The ‘Journal’ Asks, Should Patients Have Identification Numbers?
Today’s Wall Street Journal includes a special Big Issues health care section. A post on their blog caught my attention: Should Patient Have Electronic Identification Numbers?
The idea is that people who use health care would each be assigned a universal patient identifier, or UPI. This unique number would link to a person’s health records. In principle it would facilitate transfer of a patient’s medical history between doctors, hospitals and, likely, insurance companies. There are arguments pro – mainly having to do with efficiency and patient safety; and against – mainly having to do with privacy.
My issue is that it reminds me of Auschwitz. But apart from that particular association, labeling people with numbers seems dehumanizing – what’s already a big negative in modern health care. I/we need to realize that already we have numbers. Most people have social security numbers. I have several hospital ID numbers and insurance company numbers.
As for privacy, that’s history, or an illusion. If someone wants to know something about almost any person here in the U.S, they can find it. We inhabit a grid.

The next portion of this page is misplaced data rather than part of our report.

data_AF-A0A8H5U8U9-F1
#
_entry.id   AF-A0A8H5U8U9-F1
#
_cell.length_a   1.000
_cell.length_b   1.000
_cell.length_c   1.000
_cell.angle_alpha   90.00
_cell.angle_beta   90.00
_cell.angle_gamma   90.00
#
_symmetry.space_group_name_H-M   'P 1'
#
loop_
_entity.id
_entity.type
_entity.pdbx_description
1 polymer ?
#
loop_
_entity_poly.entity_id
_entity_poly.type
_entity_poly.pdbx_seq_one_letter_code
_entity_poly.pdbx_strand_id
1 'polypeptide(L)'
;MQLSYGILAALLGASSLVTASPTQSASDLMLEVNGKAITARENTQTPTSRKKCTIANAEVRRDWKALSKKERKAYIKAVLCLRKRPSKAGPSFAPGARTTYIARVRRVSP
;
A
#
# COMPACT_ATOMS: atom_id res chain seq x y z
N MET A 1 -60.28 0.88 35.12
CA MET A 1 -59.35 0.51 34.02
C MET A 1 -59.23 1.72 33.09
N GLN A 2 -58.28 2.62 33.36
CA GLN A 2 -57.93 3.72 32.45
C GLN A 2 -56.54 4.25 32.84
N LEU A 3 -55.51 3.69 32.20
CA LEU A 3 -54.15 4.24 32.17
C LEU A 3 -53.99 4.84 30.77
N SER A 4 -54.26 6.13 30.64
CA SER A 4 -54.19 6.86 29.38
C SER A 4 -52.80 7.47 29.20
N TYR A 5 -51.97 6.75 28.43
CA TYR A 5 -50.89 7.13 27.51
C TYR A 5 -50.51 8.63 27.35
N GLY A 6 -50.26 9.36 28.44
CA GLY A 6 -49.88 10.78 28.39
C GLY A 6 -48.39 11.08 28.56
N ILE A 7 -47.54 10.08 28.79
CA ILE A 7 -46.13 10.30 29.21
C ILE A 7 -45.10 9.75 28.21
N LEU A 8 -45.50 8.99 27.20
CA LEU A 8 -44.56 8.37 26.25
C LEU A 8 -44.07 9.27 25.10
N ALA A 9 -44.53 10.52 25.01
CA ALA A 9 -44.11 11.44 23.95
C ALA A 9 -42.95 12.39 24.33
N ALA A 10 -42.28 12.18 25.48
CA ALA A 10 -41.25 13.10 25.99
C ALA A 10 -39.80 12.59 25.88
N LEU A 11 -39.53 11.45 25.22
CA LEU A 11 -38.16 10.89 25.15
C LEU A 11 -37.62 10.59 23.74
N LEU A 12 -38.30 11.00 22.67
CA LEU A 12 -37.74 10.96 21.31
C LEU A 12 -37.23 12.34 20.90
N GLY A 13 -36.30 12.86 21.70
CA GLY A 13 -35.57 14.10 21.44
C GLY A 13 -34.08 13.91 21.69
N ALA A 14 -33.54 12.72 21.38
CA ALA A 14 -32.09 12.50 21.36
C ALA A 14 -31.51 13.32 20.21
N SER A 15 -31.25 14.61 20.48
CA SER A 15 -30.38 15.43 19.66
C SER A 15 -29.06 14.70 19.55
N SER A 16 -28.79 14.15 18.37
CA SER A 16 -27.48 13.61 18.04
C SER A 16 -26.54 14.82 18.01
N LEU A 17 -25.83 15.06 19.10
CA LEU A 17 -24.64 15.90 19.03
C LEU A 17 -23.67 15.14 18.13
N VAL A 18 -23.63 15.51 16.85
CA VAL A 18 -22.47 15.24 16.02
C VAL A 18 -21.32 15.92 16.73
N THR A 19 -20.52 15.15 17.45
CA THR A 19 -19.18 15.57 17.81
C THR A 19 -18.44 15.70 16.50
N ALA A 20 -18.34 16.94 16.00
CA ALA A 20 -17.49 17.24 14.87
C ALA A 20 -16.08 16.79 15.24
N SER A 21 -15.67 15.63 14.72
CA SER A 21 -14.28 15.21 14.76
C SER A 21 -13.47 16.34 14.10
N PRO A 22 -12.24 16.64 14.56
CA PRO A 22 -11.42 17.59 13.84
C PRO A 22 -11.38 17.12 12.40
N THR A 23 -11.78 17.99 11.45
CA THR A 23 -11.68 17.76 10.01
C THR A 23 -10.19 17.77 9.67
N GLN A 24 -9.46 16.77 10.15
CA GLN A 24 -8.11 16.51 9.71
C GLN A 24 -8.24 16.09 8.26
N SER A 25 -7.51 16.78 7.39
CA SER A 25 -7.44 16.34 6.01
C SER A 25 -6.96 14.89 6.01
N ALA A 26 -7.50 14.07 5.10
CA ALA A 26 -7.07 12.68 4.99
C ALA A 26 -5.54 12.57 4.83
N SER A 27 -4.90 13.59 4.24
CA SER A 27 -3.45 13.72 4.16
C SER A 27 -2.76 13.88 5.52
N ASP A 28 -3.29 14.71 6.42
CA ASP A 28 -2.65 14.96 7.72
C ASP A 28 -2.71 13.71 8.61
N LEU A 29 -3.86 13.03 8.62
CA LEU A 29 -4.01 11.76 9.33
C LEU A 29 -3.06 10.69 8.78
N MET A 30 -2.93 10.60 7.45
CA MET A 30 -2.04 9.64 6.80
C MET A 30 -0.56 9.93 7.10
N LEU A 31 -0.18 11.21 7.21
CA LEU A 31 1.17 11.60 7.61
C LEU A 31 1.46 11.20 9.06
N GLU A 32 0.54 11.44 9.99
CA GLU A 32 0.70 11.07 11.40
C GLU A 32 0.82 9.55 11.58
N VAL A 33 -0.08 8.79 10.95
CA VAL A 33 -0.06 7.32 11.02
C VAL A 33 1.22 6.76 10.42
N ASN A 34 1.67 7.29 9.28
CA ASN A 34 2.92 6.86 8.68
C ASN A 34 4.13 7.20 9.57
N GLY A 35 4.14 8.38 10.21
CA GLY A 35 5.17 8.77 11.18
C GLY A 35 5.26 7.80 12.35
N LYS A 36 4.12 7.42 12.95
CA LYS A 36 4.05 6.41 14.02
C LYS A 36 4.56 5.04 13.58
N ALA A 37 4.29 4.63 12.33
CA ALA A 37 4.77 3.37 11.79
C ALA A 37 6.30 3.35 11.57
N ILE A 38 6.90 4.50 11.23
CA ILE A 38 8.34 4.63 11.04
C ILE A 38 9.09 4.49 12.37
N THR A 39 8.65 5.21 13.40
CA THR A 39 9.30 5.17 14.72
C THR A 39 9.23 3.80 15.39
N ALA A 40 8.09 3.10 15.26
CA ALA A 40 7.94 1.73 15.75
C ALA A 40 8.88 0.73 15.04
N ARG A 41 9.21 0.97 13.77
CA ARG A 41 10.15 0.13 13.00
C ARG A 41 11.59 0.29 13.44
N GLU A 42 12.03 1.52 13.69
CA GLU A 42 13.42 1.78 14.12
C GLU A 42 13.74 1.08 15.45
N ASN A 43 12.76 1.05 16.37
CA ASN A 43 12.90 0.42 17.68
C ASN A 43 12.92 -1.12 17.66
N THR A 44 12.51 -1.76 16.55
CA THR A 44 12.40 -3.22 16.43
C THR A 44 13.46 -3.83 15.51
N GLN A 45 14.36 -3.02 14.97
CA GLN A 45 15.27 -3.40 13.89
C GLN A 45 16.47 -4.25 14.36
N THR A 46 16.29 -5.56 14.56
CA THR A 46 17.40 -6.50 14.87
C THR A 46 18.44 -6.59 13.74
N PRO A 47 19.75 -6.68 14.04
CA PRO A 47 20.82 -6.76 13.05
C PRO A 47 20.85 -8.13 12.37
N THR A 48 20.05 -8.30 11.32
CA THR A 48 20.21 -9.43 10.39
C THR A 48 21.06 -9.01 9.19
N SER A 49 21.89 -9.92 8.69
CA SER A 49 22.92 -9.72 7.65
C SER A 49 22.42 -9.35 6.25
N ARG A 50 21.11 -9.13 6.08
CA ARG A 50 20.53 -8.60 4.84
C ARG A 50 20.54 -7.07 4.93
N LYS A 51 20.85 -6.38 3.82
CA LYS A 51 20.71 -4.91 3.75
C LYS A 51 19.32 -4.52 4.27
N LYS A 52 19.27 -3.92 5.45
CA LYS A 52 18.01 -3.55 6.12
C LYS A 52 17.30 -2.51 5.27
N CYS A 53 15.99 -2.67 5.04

The debate reminds me of when I was an oncology fellow, and I treated a woman from Central America who had breast cancer. After she underwent a biopsy at our hospital, I reviewed the slides with the pathologist and wrote orders and injected her with chemotherapy. For 15 years or so I followed her in the clinic, and at some point, maybe 5 years after her diagnosis, she told me that her name was not what I’d thought or what her chart said it was. She’d used a cousin’s name and insurance card to get the care she needed.
More recently, I was with a relative who had an MRI. Upon registering at the radiology facility, he had to show a state-issued picture ID besides his insurance card. The issue was clear: with some 50 million or so Americans uninsured, and others without the ready means to cover co-pays, some people are assuming other patients’ identities to get the care they want or need.
The costs to insurers and hospitals of patient identity fraud – what in some instances I might liken to a hungry person stealing a loaf of bread – may underlie this topic’s appearance in the WSJ.